Wicker Park’s Flat Iron Building occupies the southeast corner at the intersection of North, Damen, and Milwaukee, in the shadow of the Northwest Tower and across the street from the Urbus Orbis/Real World building. Its cast iron façade evokes New York’s SoHo district; the diagonal path of Milwaukee Avenue cuts the structure’s V-shape (Figure 4.1). Like so many buildings in the neighborhood, the Flat Iron was originally a home to light industry, now long gone. The ground-level units house boutiques, art supply stores, restaurants, coffee shops, and performance venues. Since the late 1980s, the upper floors’ studios have mainly rented to local artists-at submarket rates, insists Bob Berger, the building’s majority owner. As the block was shifting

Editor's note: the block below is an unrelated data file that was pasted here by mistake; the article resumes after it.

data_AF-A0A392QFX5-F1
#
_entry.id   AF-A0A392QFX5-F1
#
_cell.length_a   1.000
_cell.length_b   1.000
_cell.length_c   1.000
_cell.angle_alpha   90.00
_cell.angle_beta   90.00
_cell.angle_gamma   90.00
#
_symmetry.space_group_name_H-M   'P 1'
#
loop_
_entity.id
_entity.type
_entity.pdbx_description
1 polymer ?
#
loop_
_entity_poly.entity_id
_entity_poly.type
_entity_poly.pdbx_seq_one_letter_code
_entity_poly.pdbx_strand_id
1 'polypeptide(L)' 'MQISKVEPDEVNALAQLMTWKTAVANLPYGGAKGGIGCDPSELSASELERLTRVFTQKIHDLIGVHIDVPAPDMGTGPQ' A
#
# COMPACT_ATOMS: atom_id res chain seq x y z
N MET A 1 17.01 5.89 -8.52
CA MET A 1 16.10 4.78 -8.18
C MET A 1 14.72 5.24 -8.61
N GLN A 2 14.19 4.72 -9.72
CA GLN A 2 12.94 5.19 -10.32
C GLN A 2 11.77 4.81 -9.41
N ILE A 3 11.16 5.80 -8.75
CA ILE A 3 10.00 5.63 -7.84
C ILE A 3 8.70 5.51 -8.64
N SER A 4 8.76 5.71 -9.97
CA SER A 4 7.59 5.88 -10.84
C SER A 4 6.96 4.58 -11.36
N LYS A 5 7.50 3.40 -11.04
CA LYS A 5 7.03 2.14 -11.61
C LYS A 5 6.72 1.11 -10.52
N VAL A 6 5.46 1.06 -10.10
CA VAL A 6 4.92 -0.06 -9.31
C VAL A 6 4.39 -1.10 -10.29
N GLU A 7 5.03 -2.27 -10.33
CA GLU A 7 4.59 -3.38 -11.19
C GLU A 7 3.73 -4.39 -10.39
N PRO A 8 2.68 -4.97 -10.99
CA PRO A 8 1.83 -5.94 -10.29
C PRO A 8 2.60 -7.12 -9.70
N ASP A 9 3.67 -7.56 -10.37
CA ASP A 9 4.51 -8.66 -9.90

from a blighted stretch of postindustrial decay to a hipster haven in the early 1990s, one of these artists placed a poster into a second-floor window, a still from the now-classic 1976 Martin Scorsese film Taxi Driver. It shows Robert De Niro as Travis Bickle, the titular taxi driver. Sporting a Mohawk, Bickle grins maniacally as he points two guns

out onto the street. This poster remained in place for years, silently presiding over the transitions of the 1990s. Over the still, a handlettered sign was inserted, reading “Welcome to Wicker Park.”